Graveyard Spirals Kill

I am a pilot.  Though I haven’t flown for 14 years, I LOVE flying.  Sometimes on those beautiful middle Tennessee spring or fall days, when the sky is clear, the wind is minimal, and the sun is shining… I’ll look up in the sky and dream that I can be back up there.  Maybe one day.

The worst day of flying still beats the best day of real work.  – Anonymous

So, why all the talk of flying?  Last night, during our discussion at about the importance of remaining connected to the body of believers in the church, I was reminded of the JFK Jr. airplane crash on July 16, 1999.  There is a full NTSB report of the crash here if you’re interested.  The cause of the crash was something pilots talk about a lot, which was a graveyard spiral caused by “failure to maintain control of the airplane due to spatial disorientation.”  As an airplane starts to make a turn, your body tells you “I’m turning” through the various wonderful God-given senses we have.  If the airplane is in a turn long enough, your body will adjust to the turn and given no other visual indicators (like on a dark night), it will feel like you’re flying straight and level.  One look at the altimeter will tell you that you’re descending (this happens in a turn).  Natural response?  Pull up!  But this only serves to tighten your turn, until you spiral into the ground, usually at an alarming rate.  At the point of impact, the NTSB estimated JFK Jr.’s plane was descending at 4,700 feet-per-minute.  In comparison, a standard descent in a commercial airliner is 500 fpm (and you feel it then too).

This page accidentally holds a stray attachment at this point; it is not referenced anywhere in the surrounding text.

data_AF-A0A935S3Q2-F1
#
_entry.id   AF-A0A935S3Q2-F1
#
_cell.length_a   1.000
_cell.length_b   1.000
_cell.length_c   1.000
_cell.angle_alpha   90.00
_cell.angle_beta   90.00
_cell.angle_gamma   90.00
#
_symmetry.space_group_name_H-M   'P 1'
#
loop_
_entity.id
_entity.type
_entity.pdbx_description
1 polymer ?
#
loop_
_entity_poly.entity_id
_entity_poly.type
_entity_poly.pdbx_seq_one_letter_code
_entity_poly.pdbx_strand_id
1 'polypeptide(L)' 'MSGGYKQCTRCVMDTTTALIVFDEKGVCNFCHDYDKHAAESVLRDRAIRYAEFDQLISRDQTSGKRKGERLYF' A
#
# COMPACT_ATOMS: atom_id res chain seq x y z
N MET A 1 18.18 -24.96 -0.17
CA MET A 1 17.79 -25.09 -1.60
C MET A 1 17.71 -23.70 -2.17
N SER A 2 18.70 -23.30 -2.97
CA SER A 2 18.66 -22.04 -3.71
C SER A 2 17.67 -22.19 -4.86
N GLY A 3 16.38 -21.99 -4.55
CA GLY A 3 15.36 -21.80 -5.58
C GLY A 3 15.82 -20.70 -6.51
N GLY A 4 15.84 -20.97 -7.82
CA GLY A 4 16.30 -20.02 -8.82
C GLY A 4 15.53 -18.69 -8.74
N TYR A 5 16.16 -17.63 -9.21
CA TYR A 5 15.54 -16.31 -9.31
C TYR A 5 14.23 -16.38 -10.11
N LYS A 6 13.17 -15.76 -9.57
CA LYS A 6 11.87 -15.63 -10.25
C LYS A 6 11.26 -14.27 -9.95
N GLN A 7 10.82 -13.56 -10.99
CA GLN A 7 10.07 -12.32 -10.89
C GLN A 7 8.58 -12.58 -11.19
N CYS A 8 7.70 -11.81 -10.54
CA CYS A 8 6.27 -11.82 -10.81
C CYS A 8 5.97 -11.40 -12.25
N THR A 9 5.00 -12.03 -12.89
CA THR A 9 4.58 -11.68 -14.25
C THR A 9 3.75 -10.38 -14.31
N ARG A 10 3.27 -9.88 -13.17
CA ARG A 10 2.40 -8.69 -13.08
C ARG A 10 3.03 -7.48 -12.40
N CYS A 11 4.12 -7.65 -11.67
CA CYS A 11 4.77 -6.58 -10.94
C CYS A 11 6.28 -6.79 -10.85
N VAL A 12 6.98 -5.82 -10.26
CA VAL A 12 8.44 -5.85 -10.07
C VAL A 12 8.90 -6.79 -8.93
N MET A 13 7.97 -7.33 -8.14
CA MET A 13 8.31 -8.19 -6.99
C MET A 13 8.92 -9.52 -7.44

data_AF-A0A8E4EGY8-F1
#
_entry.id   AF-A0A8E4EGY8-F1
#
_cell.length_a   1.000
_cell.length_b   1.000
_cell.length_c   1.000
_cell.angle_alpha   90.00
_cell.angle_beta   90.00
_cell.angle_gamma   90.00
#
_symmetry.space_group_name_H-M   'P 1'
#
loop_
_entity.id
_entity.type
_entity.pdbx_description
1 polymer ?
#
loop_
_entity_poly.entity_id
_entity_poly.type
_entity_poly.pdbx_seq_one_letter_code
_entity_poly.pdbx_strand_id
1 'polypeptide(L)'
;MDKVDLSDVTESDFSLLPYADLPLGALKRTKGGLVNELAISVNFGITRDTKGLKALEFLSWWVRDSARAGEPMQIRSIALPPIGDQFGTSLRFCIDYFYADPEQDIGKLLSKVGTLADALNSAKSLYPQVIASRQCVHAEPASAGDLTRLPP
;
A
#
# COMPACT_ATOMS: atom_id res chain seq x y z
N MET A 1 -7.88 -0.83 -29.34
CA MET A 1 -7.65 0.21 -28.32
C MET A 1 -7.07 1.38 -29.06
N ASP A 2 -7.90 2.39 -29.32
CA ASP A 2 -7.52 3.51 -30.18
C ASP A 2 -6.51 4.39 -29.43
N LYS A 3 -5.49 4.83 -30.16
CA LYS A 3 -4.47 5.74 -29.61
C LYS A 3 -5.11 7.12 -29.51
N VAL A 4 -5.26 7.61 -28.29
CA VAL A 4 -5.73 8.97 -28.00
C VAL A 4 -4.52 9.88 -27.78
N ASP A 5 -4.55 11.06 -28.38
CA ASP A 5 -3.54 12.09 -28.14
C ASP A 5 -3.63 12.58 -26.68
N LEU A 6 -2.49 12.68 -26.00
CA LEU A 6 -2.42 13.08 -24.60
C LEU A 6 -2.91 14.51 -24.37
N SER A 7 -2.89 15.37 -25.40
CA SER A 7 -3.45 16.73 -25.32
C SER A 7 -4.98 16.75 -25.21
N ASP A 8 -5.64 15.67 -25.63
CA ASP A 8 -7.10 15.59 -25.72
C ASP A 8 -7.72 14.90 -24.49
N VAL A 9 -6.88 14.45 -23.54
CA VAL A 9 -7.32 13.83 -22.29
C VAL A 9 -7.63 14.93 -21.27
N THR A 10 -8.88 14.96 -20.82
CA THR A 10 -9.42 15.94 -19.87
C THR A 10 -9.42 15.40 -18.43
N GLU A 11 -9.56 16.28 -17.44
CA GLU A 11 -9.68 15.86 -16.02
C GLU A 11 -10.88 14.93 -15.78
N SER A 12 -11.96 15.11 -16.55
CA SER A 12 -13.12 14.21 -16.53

frightened_child

Like a graveyard spiral, so often through my day, my brain is giving me all sorts of messages on how to interpret what is going on around me.  These messages are influenced by my life experiences, my relationships, my overall body chemistry at that time (if I’m feeling physically or emotionally down, it is more difficult for me to interpret conflict accurately).  In the moment of confusion, I have two choices.

Choose the lie: “you’re not appreciated”, “wait until people find out who you really are”, “they’re laughing at you behind your back”, “Those guys are way better dads than you’ll ever be”)

lies and truth

image courtesy Cindy Bultema blog site

Choose Truth:  God has chosen me to be His own.  He has equipped me for life and godliness.  I am a new creation.  I am His servant, not the world’s.  I was bought with a price, and it cost me nothing – God’s perfect love and sovereignty will cast out all fear in me.

Which do I choose so often?  The lies… at least for a time.  Which is why it is so critical that I not do this life alone.  I MUST be in a community of people, growing, sharing, and BEING REAL.  As our pastor said during his message this Sunday in Hebrews, “ISOLATION KILLS”.

How do we pull out of the graveyard spiral of life?

1. Use your instruments – Focus on the truth, not what you feel like at that moment.  This will not be easy!  Use the instruments of faith, deep friendships, and Godly mentors.  Pilots have instruments in their plane before they fly.  Don’t wait for accountability.  Get it now.  Psalm 15:2, Psalm 25:5, Mark 9:24